Michael Grotticelli /
Originally featured on BroadcastEngineering.com
LPTV stations could help bring free broadband to rural communities
Addressing the purported need for Internet service in rural communities, a proposal now circulating in Congress would allow low-power television (LPTV) licensees to provide free broadband services across the country. The service, being proposed by SpectrumEvolution.org (SEO), an anti-broadcast advocacy group, would be partly supported by local advertising.
SpectrumEvolution.org said that spectrum use should “evolve” and be driven by “private entrepreneurial creativity and marketplace forces.”
According to a recent FCC report, approximately 26 million Americans, mostly in rural communities of the country, are denied access to the jobs and economic opportunity made possible by broadband. The commission has said that a partnership with the private sector is necessary to speed broadband deployment across the nation.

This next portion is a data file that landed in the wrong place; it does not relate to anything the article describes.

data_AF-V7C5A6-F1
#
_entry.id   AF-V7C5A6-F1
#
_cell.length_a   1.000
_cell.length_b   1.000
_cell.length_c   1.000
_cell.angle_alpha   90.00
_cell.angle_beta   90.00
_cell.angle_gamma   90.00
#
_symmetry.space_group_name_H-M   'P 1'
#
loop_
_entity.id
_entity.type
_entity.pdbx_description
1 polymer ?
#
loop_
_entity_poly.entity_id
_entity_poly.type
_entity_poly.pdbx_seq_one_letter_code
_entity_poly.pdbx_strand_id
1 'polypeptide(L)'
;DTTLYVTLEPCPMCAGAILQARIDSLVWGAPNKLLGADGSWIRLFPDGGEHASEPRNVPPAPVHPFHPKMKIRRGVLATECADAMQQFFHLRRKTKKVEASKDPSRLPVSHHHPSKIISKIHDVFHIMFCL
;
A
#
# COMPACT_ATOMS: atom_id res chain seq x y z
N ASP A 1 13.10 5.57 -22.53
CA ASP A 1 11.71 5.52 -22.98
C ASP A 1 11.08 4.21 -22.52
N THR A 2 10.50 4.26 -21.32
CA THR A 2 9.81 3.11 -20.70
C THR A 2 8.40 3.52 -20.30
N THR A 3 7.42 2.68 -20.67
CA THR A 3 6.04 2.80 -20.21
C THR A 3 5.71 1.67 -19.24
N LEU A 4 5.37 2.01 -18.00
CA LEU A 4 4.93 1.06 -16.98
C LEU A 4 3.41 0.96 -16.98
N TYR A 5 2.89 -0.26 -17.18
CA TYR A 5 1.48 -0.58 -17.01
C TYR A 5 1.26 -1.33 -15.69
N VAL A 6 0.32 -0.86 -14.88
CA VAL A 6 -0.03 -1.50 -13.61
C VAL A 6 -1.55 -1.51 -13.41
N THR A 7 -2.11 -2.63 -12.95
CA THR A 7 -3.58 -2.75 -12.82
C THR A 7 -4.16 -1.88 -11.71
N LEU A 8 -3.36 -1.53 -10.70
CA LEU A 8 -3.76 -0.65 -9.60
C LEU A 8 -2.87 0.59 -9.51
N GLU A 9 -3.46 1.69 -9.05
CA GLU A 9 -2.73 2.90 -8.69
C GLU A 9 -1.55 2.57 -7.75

The FCC report found that one-third of Americans do not subscribe to broadband, even when it’s available. The SEO said its proposal addresses the FCC’s concerns regarding limited capacity for schools and libraries across the nation, as it would be available to these entities as well with little to no cost.
SEO said that the FCC should consider the use of LPTV licensees, in concert with the hundreds of small and minority-owned businesses that “are eager to provide new services in both urban and rural America.” LPTV spectrum covers all Americans, including low-income Americans, African-Americans, Hispanics, seniors, and residents of tribal areas.
“SEO recognizes the FCC’s desire to aggressively pursue its broadband agenda and would welcome their immediate support and approval of our plan, to provide flexible use of existing LPTV licensed spectrum, making 4G wireless technologies and other broadband services available immediately,” the group said.
SEO said these new services, as provided by LPTV licensees, will create new jobs and opportunities for small businesses and will generate much needed revenue for the government — as existing law already requires that ancillary services provisioned over broadcast spectrum, are required to pay 5 percent of their gross revenue back to the U.S. Treasury.